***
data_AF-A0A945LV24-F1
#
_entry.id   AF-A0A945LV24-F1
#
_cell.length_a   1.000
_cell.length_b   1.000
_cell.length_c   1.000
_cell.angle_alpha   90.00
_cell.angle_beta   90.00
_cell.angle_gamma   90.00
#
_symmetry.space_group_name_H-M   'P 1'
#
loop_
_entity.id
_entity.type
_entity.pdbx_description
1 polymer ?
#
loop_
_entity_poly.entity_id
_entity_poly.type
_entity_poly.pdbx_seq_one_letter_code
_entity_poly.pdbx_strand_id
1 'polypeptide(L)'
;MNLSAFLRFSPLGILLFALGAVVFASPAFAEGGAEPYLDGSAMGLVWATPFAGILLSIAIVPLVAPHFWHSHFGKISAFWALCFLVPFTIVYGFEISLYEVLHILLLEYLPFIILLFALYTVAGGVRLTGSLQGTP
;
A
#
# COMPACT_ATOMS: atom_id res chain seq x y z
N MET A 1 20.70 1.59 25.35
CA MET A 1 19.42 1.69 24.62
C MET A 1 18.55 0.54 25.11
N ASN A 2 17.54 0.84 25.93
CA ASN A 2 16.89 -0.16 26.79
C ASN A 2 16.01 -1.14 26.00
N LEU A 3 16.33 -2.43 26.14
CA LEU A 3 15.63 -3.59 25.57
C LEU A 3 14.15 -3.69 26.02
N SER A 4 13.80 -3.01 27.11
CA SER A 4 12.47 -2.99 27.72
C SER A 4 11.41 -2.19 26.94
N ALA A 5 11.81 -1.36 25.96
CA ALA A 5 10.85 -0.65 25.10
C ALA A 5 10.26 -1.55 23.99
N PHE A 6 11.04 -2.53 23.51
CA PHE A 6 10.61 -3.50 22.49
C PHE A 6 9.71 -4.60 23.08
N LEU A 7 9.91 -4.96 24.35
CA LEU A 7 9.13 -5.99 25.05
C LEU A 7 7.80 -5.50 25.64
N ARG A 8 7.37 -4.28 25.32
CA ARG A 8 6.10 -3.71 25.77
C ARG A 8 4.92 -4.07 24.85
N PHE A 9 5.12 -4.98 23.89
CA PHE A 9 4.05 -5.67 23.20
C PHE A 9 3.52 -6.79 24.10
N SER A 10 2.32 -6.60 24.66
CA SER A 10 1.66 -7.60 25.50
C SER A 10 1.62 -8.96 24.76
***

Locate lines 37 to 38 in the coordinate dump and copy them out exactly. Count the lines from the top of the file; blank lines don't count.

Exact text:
N LEU A 3 16.33 -2.43 26.14
CA LEU A 3 15.63 -3.59 25.57